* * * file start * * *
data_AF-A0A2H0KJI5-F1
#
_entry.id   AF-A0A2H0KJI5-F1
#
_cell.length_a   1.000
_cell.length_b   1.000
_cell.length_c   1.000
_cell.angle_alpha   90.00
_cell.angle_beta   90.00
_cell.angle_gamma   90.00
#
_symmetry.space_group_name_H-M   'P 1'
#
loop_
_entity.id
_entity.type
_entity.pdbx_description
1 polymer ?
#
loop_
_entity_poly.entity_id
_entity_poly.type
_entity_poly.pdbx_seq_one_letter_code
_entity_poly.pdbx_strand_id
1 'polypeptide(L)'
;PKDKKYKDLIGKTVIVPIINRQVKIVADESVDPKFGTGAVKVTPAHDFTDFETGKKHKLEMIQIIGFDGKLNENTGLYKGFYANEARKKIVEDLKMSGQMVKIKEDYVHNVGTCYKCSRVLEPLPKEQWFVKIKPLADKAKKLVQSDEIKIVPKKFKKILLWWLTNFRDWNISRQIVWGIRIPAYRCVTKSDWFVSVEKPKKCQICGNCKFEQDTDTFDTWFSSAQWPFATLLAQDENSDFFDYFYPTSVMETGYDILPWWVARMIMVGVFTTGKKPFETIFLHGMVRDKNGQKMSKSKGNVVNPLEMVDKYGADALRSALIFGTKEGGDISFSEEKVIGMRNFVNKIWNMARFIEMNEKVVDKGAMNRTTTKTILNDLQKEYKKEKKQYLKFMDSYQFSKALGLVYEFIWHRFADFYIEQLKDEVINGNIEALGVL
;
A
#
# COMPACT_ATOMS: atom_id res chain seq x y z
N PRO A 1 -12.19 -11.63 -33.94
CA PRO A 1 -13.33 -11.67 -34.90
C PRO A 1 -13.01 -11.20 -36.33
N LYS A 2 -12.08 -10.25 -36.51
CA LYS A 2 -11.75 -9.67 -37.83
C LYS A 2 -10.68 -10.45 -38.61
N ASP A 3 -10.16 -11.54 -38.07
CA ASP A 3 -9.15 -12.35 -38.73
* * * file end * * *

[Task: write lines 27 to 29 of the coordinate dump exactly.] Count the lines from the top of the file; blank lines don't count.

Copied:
;
A
#